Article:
Wednesday, 20 April 2016

Health and Ministry

I apologise for the dearth of posts recently but I developed yet another infective exacerbation of my COPD for which my General Practitioner referred me to the local Consultant Respiratory Physician. Due to the frequent exacerbations and clubbing of the fingers (you can look that one up!) a CT of the chest was arranged. Thankfully no malignancy was detected but there is evidence of Bronchiectasis (look that one up too!). Culture & Sensitivity tests of sputum revealed two bacteria colonising the lungs, so I am to begin Azithromycin three times a week if my sputum is negative for AFB’s.

All in all, due to increasing breathlessness and coughing bouts during Holy Mass (and nothing to do with my coronary vents last years), being a vector for disease to the housebound who are already health-compromised, it was clear I was not well enough to continue in parish ministry and I have had to retire on health grounds. The hope is that being relieved of parish pressures will preserve what health I have (COPD is not a disease where recovery is possible; it follows a downward trend that at best can be slowed, but not reversed).

Leaving parish ministry has been a very hard decision to make; not being in direct parish ministry is not an easy thing with which to live. I became a priest to support the people of God in their crisis moments; provide them with a liturgy that was God-centred, and teaching that was faithful to the Magisterium.  To have left this work for the people of God behind is a real bereavement for me. I struggled with the idea of a younger priest retiring from parish work as I have the belief that we should ‘die with our boots on’, but when you one is carrying in one’s respiratory system more than one bug which can be passed to the housebound and vulnerable, one becomes a threat to the health and welfare of those one is attempting to support, so my own desire to struggle on took second place.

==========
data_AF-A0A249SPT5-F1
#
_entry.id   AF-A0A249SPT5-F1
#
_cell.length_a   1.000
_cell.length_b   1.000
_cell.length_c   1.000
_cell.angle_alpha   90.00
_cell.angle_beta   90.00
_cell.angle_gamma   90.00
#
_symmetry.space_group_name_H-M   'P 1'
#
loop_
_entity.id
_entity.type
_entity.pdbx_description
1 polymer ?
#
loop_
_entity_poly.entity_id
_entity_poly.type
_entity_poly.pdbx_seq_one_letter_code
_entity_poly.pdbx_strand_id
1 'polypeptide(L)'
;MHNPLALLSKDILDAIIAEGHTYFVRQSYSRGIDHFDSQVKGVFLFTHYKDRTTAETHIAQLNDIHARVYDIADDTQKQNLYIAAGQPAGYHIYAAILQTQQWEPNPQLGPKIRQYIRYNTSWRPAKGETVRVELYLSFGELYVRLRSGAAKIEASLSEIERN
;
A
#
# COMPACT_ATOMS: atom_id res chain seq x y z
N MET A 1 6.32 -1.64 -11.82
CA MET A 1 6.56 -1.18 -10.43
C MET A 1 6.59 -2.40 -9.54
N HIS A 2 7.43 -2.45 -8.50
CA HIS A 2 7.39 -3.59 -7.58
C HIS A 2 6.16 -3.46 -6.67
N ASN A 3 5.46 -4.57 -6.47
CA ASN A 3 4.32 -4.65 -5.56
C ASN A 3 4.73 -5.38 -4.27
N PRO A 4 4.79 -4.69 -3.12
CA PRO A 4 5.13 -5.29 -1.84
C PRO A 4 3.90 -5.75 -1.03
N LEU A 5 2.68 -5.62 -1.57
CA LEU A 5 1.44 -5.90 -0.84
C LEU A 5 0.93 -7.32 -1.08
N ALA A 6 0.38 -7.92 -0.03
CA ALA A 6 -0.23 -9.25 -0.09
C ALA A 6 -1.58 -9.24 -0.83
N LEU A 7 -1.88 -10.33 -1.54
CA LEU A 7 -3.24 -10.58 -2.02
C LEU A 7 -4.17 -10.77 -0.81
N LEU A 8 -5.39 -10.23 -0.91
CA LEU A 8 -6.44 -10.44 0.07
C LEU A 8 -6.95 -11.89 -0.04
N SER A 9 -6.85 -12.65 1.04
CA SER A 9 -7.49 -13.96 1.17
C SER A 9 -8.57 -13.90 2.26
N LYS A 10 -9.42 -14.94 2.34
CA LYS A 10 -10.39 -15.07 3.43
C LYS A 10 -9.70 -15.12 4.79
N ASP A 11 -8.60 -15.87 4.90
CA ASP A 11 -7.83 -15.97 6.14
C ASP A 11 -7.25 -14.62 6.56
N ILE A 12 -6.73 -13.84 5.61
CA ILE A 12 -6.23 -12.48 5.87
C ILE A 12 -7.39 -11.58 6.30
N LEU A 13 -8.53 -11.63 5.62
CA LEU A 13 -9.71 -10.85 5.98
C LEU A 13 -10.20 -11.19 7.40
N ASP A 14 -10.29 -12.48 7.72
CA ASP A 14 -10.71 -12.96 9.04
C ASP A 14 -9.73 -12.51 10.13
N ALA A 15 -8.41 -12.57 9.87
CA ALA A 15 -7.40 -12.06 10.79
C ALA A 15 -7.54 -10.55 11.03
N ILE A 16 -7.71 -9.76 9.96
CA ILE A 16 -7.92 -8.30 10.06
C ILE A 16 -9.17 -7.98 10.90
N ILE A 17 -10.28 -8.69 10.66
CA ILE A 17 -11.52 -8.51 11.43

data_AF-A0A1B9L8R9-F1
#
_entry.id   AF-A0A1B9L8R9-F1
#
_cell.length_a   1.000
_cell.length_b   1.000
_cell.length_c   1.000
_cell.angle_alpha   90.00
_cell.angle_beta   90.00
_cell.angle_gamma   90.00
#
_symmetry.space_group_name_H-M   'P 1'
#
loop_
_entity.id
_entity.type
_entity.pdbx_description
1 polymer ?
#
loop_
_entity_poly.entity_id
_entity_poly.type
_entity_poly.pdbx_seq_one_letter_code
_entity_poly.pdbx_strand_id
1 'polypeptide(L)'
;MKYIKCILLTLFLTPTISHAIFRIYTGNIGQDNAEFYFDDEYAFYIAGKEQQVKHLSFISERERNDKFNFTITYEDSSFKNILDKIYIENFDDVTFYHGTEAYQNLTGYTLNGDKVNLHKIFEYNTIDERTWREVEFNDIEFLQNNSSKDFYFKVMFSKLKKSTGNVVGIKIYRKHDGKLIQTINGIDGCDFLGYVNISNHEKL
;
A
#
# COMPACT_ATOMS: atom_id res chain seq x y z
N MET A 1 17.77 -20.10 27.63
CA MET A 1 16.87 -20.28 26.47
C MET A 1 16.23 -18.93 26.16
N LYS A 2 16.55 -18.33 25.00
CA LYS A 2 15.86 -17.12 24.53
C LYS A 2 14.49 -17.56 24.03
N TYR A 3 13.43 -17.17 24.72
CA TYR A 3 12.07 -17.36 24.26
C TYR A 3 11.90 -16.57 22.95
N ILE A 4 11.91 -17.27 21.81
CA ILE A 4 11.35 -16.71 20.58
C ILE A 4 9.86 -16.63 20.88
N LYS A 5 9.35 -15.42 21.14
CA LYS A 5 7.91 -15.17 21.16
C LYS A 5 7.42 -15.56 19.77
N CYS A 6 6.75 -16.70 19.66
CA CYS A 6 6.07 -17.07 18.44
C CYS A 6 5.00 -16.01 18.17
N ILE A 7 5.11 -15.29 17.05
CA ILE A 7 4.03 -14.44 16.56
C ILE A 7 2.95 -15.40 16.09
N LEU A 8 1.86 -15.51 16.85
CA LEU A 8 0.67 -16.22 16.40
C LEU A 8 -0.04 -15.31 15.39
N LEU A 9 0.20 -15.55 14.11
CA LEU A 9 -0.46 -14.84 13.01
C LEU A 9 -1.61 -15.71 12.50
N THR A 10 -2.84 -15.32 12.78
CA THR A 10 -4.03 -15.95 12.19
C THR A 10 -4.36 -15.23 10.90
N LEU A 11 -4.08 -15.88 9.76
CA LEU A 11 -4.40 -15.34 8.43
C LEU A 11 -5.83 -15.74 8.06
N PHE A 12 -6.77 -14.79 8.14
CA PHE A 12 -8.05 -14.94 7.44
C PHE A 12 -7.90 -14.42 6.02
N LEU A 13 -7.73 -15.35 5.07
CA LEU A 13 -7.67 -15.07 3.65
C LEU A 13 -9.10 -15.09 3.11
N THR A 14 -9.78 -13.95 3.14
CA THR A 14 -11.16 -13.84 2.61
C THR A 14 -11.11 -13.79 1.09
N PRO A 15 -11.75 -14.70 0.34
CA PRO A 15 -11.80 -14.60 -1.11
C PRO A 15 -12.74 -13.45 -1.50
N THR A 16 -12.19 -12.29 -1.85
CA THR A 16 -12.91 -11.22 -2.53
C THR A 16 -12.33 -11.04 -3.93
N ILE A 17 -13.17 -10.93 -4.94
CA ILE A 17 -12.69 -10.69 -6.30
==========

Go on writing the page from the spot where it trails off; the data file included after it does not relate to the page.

While my Bishop is probably pleased to be relieved of a priest who became a maverick simply by holding to the red of the Missal and the letter of the catechism, I have to say that he has been most supportive, and I have no doubt about his genuine desire to seek the good of his priests and the people of the Diocese. I continue to say Mass privately where my cough bothers no one but me and any server, so Masses to which I have committed myself are still being offered; what I cannot do is say on which days I will be offering Holy Mass, since some days the breathlessness is worse than on other days.


  1. I am very sorry to learn this Father and assure you of my prayers.

  2. Some of the people of God that you wish to serve will include the priests of the diocese to whom you can offer support and assistance.

    "do not let your heart be troubled"

    The path is not always very clear and this is probably not much consolation but I've often found acknowledging the 'change' we first perceive - when we make a decision like the one you've taken - is erroneous helps you to discover what the change really is! In this case you still serve the people of God through your ministry and prayers but never forget the brother priests and deacons are people of God too and even being on the end of the phone or hearing confessions when you can is of great benefit to them!

    Wrap yourself in humility to be servants of each other. (1Peter)

  3. I hope your health improves. You can still do much work for the Lord by praying and writing even if you can't have contact with your vulnerable charges. I pray for you.